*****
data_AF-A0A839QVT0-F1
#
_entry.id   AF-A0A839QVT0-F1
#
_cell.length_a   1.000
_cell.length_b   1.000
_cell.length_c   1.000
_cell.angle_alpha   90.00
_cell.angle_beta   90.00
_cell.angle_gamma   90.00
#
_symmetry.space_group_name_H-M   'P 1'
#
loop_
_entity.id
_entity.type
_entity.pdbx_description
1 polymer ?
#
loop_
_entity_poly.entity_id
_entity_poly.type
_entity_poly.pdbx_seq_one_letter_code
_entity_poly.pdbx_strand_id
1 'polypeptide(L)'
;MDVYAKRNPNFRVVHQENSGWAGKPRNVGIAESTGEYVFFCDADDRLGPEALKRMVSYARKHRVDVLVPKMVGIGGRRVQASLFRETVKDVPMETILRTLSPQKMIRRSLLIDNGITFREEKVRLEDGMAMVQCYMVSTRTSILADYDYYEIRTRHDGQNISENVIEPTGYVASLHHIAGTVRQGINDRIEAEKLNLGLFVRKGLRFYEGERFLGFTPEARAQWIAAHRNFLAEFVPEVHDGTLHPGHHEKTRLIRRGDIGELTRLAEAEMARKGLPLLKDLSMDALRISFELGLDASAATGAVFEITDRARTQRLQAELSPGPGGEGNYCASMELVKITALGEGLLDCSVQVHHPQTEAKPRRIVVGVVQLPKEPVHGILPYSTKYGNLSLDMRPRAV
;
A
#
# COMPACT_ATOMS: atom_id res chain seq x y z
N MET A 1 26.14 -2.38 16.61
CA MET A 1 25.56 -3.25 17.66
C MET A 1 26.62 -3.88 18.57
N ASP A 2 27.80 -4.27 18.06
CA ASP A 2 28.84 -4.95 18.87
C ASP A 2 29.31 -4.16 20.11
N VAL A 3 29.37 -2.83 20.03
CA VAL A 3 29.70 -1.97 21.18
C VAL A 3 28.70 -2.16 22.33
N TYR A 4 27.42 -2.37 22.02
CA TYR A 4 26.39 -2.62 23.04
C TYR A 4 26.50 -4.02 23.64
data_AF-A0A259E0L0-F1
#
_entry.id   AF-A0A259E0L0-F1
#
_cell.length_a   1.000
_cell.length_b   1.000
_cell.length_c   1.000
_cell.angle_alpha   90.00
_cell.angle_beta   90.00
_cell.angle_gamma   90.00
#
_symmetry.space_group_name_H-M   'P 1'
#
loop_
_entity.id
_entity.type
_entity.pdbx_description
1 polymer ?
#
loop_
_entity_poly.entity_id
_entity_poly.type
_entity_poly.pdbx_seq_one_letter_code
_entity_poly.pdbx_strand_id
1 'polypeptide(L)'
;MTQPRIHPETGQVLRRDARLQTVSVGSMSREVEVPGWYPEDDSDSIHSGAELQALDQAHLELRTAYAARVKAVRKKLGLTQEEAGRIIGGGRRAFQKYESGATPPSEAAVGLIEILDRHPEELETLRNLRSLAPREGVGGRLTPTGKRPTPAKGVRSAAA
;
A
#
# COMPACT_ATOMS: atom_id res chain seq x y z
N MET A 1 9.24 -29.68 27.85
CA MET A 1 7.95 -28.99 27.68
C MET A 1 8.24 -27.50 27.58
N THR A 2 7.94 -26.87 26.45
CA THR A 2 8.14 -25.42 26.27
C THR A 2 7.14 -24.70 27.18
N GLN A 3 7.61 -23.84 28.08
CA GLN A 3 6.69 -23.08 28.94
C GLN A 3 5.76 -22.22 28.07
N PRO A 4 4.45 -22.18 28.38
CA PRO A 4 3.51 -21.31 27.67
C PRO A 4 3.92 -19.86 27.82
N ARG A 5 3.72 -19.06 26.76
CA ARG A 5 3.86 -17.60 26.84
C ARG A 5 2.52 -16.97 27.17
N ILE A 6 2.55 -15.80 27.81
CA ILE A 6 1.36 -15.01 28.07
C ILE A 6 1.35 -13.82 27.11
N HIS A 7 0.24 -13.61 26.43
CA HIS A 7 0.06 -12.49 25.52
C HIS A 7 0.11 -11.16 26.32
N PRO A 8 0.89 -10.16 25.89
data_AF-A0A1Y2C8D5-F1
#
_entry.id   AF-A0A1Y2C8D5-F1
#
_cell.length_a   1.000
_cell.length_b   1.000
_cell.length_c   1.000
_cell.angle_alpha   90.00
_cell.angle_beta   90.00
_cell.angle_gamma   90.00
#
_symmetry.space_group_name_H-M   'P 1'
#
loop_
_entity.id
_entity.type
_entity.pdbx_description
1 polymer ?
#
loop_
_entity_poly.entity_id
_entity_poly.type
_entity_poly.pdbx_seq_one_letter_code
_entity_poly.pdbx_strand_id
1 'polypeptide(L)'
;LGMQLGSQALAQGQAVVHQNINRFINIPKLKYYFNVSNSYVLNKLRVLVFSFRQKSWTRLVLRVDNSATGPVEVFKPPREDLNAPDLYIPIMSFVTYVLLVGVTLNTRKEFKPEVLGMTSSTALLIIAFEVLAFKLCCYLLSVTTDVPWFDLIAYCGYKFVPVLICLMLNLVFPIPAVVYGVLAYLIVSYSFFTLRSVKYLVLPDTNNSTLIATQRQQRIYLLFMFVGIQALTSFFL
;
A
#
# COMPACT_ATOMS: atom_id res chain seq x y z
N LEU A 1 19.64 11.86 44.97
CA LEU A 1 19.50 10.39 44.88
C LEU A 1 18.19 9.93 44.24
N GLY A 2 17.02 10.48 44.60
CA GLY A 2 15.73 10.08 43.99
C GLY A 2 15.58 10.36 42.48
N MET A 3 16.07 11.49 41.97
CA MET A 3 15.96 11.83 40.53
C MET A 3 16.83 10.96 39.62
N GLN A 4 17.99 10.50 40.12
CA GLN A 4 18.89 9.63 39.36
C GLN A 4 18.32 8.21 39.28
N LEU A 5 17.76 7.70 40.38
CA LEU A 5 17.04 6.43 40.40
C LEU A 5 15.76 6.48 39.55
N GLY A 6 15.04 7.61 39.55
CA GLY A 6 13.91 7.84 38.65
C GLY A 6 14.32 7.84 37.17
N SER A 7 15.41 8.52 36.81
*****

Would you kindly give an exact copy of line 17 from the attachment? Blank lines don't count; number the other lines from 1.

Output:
_entity.pdbx_description